• Obtain from your credit card provider or bank a detailed ‘back-end’ card transaction report for the account. In some instances the credit card provider, depending on their internal privacy processes and fraud control policies, may release to you information about whether a PIN was used during the transaction, and where and when the transaction took place. This may assist you to challenge any assertion by the employee that they had lost their card, had it stolen or it was skimmed.


3. Consider your options: Investigation or report to the police


Depending on the size of the misuse, a decision may need to be made about whether the alleged misconduct is reported to the police, or handled internally by way of workplace investigation. There are a lot of factors to consider when reporting such a matter to the police, and I would encourage you to discuss your options with them.

If you choose to handle the matter internally, ensure that your organisation’s workplace investigation policy is sufficient to deal with such matters, and the proposed internal investigator is prepared and experienced to investigate this type of misconduct. If this is not the case, use an external investigator who has a fraud investigation background. It is also worth considering using an external investigator if the person being investigated is very senior in the organisation.

Additionally, to ensure the best outcome, for all involved, ensure that procedural fairness and an open mind is maintained.


4. Provide support for your employee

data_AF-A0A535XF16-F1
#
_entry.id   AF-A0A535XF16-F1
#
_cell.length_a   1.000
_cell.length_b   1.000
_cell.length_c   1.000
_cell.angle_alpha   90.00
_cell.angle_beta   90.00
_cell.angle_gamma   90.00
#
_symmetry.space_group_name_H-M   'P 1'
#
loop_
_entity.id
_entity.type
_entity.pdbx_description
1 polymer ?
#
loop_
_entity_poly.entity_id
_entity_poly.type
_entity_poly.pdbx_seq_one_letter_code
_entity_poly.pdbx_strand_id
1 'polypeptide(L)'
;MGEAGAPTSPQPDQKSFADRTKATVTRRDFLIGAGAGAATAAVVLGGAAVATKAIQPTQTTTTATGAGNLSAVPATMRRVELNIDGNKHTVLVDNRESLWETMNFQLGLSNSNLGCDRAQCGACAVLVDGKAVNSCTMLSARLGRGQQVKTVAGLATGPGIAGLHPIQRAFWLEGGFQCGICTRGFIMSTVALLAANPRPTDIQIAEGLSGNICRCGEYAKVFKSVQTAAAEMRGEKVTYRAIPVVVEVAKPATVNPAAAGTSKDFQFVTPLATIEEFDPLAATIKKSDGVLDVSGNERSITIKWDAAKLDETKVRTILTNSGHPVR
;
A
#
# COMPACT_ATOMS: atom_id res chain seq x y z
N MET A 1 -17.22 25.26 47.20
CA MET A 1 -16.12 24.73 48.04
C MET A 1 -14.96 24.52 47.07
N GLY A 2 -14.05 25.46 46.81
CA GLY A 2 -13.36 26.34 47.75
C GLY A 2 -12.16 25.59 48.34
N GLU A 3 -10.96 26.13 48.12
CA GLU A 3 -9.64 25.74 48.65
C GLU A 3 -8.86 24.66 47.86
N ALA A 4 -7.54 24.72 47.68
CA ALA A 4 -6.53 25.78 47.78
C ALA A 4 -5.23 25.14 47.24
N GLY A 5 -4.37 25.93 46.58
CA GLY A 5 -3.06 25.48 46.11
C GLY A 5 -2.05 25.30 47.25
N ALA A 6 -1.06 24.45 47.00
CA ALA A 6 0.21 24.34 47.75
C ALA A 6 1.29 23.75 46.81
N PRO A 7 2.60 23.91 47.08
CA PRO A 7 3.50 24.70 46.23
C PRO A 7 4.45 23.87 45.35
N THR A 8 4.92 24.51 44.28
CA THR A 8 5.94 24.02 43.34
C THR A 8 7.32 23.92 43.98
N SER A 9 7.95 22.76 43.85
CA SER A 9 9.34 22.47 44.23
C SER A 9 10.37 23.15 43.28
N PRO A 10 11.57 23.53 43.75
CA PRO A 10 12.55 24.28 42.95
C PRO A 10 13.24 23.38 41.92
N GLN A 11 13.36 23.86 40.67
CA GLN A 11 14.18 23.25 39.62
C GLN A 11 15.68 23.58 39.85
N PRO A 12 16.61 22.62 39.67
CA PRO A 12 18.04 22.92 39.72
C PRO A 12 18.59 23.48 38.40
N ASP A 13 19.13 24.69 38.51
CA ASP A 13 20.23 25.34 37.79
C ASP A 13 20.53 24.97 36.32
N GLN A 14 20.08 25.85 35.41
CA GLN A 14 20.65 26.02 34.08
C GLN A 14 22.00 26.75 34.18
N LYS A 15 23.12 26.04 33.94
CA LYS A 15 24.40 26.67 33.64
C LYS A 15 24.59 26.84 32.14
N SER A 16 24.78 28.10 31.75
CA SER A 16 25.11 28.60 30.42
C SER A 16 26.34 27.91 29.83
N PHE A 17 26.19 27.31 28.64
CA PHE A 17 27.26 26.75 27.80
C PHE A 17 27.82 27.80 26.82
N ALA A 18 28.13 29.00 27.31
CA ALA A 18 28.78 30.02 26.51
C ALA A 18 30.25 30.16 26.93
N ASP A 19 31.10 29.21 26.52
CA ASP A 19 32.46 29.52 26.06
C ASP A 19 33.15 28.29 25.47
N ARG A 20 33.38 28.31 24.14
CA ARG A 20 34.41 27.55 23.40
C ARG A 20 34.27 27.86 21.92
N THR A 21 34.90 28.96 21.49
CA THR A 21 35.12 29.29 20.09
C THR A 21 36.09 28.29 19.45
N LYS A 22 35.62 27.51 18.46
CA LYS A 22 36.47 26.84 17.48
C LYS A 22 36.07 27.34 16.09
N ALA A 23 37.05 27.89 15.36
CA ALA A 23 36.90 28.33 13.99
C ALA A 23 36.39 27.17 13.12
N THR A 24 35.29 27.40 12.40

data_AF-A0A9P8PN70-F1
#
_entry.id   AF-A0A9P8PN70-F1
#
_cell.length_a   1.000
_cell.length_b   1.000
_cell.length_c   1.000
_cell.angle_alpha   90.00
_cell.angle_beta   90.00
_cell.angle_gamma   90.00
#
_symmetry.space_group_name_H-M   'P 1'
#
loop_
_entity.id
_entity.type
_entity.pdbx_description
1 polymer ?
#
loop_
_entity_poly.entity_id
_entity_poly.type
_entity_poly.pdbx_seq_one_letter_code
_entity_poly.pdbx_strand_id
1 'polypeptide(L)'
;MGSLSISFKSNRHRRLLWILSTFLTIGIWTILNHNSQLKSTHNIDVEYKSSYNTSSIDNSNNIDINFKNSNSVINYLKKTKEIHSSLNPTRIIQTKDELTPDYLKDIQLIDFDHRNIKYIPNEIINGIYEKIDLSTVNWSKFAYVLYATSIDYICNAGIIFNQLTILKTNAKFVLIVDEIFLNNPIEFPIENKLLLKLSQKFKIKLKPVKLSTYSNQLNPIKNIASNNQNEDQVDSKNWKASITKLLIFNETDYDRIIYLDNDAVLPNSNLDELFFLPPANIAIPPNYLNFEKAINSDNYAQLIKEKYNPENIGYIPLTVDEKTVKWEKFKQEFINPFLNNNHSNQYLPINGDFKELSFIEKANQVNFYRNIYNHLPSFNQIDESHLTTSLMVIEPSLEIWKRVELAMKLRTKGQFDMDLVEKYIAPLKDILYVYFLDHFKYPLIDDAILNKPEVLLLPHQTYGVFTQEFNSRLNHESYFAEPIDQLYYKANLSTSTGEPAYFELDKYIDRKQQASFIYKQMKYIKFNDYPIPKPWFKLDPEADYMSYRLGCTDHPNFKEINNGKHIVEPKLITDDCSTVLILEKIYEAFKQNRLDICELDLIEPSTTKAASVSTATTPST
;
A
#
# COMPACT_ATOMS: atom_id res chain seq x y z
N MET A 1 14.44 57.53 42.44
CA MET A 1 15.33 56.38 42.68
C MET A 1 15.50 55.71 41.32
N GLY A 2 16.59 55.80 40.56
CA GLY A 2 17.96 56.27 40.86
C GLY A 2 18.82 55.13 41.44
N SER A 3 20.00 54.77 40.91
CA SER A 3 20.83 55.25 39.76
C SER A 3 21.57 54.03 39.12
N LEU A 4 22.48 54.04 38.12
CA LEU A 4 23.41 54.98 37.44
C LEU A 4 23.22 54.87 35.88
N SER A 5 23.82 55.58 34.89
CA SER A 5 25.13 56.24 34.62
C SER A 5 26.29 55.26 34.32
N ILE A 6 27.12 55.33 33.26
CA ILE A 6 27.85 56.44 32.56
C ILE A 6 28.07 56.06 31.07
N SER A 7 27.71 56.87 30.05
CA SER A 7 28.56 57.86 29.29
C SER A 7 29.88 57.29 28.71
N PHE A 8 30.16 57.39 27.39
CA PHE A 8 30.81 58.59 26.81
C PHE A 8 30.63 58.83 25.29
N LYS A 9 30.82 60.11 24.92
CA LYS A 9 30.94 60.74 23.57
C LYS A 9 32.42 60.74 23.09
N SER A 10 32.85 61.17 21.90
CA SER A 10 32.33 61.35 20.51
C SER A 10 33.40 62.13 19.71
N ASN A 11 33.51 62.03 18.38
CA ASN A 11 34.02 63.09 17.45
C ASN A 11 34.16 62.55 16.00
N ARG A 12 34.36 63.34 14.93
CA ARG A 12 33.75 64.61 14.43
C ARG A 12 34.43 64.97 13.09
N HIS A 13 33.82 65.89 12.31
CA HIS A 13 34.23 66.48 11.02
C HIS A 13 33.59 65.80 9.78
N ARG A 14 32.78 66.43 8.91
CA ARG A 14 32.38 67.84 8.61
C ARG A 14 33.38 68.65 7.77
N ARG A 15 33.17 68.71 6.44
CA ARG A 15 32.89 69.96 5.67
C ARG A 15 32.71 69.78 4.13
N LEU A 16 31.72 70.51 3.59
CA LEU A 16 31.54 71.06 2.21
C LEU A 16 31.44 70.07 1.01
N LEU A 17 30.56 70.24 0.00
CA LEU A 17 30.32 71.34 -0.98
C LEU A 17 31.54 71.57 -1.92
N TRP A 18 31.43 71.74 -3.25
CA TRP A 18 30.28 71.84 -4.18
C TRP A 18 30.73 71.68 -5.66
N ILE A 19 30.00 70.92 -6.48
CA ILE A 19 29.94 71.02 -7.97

In my experience, there are a number of reasons why employees commit fraud. For example, it might be they are suffering financial difficulties (sometimes indicated on the statement by a withdrawal, quickly followed by a deposit two or three days later). It could also be that they have, or are developing, a gambling or substance abuse issue, or they are a victim of domestic abuse. And of course sometimes it is just because they choose to engage in such behaviour. Irrespective of the situation, the organisation should still seek to offer all options of support to the employee while the matter is being investigated or managed.


5. Review internal processes


Finally, once the incident has been investigated or managed, take the time to reflect upon your organisation’s internal processes and controls. Ask yourself:


  • Are internal fraud controls, management and administrative processes robust enough to prevent or minimise fraud?


  • What can be done to strengthen them and prevent repeated incidents?


  • Who actually needs a corporate card?


  • Are there better ways of providing payment flexibility without exposing the organisation to credit card misuse?


About Jason Clark


Jason ClarkJason Clark is an Associate Director at Worklogic and is based in Sydney.  Jason has extensive experience as a workplace investigator, investigating a range of issues including fraud, bullying, harassment and sexual misconduct. He has also assisted numerous organisations develop strategies to minimise poor behaviour and encourage a positive workplace culture.

Prior to joining Worklogic, Jason was the Joint Investigation Office Commander for the Australian Defence Force Investigative Service. Acting as mentor and leader, Jason managed a team of investigators in a dynamic environment, handling complex cases.  For more advice, please email Jason or call him on (02) 91528706.